We have all been there, whether you are a “control freak” or “perfectionist” who struggles with the handoff, or a great delegator who regularly gives away routine work.
You start doing something and you just know that someone else could do it.. perhaps should do it.. perhaps does it better. Yet, you rationalize that you will do it faster, she is busy, you don’t want to bother / distract him, you waited too long and now it’s urgent, or my favorite- it will only take a few minutes.
Is this an issue, perhaps not.
But, you are a candidate for more delegation if:
- You are exhausted/ overworked/ burnt out doing work you don’t enjoy
- You want to spend more time in your “circle of genius” and do things you actually enjoy
- Your business revenue has flat-lined, or is losing customers or opportunities because you haven’t implemented those big plans you have
- Your high potential people are leaving after a few year
Why should you delegate— in case you need reminding:
- Your time is available to focus on high value long-term activities to grow, scale or optimize your business
- By delegating, you develop the skills of your team members, which is actually the number one reward and the reason they stay with your company
- Your brief initial time “investment” pays dividends over time
If you think about investing your time to show someone a task that takes you “only 1 hour a month”
=1 hour training + 15 minutes verifying/ clarifying / training x 4 weeks = 2 hours invested in another person’s development versus 12 hours of your time year (6x your initial investment)!
You know you “should”—if you would like the “how” click here to read my article “Too Busy? 5 Steps to Delegate More”
by Diana Southall | Aug 7, 2015 | action plans, coaching, culture
A new software for small business owners is called “17 hats” – and I think this accurately reflects the roles of a small business owner. You are chief everything officer (sales, people, operations, marketing, accounting, customer service), cheerleader and spokesperson, and as my family says “chief bottlewasher!” (if it needs to get done, you will do it.)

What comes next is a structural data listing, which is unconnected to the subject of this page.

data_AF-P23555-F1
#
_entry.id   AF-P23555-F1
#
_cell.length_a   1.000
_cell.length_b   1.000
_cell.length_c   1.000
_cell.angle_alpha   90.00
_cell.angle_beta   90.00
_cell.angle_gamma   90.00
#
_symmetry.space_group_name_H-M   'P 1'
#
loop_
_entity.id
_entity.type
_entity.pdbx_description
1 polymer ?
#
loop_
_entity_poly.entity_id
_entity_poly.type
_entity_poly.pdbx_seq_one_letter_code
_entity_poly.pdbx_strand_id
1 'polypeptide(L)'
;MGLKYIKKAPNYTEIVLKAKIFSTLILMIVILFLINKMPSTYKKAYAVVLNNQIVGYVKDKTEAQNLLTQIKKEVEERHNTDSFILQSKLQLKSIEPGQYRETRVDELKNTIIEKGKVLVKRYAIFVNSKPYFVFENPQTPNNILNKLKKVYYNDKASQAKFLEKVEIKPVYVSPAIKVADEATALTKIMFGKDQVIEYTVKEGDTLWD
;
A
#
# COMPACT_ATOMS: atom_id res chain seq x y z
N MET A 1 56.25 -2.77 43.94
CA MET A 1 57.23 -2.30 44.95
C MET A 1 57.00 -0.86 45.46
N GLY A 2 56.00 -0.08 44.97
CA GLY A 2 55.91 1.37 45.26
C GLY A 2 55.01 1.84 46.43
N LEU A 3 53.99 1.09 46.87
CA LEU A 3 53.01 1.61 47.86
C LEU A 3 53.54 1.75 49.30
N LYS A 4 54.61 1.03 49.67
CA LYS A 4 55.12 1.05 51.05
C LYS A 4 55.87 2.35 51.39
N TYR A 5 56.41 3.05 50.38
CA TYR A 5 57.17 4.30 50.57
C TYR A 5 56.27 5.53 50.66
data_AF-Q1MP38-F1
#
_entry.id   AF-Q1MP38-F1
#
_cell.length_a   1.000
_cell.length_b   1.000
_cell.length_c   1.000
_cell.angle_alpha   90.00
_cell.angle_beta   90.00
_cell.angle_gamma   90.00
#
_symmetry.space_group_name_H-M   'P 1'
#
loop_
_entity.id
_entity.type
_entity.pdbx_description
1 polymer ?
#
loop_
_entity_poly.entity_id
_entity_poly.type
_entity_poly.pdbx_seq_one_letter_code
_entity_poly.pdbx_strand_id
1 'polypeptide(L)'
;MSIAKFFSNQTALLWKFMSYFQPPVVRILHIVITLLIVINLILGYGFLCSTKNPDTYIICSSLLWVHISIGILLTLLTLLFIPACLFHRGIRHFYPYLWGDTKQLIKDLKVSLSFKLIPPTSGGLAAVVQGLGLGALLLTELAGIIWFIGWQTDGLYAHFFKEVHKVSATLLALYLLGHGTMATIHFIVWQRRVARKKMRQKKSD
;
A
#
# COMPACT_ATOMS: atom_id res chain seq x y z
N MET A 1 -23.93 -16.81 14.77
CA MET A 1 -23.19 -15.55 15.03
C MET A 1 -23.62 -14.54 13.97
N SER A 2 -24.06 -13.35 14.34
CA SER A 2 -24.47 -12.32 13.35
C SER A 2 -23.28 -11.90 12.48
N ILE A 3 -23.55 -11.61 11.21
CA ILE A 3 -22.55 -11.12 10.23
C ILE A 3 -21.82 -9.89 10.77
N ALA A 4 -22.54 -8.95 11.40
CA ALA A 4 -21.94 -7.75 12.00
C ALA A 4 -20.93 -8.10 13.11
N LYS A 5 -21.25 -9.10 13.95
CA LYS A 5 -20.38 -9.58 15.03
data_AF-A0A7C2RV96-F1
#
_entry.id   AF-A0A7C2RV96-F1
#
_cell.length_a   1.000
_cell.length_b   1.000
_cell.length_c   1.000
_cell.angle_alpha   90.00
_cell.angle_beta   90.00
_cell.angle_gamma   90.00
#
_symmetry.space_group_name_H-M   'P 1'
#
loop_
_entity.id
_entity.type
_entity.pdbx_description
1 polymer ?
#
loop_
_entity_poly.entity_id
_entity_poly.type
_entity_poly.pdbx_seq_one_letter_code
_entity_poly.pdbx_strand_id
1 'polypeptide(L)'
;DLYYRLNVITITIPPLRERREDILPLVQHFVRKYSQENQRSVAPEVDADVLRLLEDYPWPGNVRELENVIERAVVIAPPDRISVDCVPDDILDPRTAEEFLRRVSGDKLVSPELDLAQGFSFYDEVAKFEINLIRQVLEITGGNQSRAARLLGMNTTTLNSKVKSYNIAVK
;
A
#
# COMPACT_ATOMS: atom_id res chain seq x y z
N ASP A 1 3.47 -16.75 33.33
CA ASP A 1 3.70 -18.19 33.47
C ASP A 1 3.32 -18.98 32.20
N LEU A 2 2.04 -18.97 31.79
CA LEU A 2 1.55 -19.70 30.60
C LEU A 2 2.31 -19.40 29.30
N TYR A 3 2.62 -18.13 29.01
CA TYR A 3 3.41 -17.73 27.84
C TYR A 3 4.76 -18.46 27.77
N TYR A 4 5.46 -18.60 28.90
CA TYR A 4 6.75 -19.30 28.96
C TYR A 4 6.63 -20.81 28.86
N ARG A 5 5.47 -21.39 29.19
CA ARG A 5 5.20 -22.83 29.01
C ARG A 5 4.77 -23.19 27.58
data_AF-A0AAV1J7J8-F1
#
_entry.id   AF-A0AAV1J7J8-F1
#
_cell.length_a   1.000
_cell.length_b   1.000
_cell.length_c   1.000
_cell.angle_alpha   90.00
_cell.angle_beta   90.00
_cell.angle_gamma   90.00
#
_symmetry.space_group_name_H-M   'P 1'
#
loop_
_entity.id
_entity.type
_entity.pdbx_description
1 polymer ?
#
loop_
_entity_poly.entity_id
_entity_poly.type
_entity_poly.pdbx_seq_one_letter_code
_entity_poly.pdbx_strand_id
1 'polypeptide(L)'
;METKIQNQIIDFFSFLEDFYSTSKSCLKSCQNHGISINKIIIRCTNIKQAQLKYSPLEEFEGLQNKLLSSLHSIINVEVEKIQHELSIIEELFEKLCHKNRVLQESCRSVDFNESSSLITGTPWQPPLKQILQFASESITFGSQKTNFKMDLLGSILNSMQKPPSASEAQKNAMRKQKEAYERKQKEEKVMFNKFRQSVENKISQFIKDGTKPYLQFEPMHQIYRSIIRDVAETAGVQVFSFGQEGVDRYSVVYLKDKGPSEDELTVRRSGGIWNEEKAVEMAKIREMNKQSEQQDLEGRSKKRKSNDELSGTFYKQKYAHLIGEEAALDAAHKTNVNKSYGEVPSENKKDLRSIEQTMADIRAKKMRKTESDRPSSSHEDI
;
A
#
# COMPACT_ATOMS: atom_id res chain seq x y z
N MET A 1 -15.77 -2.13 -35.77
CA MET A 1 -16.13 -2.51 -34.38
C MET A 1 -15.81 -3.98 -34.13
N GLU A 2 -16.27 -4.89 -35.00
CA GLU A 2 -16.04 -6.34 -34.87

So it is no wonder you feel like you don’t have time to coach your team members monthly (much less weekly).
And no doubt some people on your team are easier to coach than others, so you tend to procrastinate in delivering feedback or talking about what would challenge and motivate them.
The data is clear—employees don’t just want daily task discussions (called “Managing by Wandering Around” by Tom Peters)—
Employees want to know how they can contribute, what is the purpose of their work, feedback on results, and that there are opportunities to develop and maximize their strengths at your organization.
This means you need a development plan for each person, coupled with regular two-way discussion on their aspirations and challenging assignments that meet their desired career path. (That is what we mean when we say “coaching.”)
If all of your conversations center around “what are you working on today” then they feel ignored, and will lose interest, commitment, and engagement in your job. (Reminds me of the joke – “I feel like a mushroom, left in the dark and fed manure.”)
Ultimately these unnoticed people will seek employment elsewhere where they can feel appreciated, a sense of accomplishment and contribution.
Or worse, stay in your job as “actively disengaged” working against your team. (Read my article—Want Employees to Tune Out? Ignore Them to find out the huge cost of the disengaged).
Every small business owner or manager can be a motivational, positive, and appreciative leader and implement a rhythm of weekly coaching conversations.
You just need a blueprint and training, and the willingness to learn and get outside your comfort zone to start having real conversations with your staff.